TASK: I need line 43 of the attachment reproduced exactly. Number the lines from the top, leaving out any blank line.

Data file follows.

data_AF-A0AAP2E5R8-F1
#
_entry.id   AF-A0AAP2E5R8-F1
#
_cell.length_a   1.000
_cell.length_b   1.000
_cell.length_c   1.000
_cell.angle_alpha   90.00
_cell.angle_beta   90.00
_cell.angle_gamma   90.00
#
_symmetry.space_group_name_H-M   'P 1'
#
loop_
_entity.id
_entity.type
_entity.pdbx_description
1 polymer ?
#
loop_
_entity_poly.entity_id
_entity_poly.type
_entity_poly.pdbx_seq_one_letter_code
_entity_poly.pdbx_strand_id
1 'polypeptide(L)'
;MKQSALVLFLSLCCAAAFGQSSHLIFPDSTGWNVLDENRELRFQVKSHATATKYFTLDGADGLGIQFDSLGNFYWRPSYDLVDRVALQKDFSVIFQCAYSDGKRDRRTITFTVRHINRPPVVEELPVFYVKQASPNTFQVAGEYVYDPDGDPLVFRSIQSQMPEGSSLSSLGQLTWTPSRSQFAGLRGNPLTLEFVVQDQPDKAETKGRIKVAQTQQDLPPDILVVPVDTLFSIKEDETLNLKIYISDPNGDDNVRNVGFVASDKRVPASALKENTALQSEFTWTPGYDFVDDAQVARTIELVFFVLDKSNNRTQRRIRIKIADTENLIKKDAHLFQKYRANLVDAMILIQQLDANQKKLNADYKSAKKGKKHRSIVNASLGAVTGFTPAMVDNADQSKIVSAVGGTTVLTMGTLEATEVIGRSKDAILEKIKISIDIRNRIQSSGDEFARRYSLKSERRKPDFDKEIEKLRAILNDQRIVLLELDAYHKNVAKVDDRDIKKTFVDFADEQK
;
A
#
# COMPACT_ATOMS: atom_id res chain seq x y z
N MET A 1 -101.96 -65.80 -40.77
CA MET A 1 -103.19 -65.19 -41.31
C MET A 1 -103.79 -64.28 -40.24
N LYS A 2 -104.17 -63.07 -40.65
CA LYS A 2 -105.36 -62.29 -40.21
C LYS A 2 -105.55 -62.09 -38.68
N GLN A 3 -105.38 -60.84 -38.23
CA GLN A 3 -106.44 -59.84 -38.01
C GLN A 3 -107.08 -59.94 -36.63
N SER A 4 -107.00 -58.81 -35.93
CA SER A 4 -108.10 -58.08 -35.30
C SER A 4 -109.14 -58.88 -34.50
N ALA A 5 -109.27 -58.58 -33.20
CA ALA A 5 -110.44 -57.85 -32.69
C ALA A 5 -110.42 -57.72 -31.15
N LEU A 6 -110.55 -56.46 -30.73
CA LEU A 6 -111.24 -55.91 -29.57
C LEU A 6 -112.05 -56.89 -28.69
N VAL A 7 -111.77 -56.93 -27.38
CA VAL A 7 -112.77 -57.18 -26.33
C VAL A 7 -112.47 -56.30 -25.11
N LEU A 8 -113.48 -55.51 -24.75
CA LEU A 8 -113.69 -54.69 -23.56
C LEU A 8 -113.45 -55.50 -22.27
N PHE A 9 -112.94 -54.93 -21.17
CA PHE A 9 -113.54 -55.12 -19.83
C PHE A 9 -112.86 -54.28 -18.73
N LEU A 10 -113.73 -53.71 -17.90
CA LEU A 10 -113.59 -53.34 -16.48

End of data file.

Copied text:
N ALA A 5 -109.27 -58.58 -33.20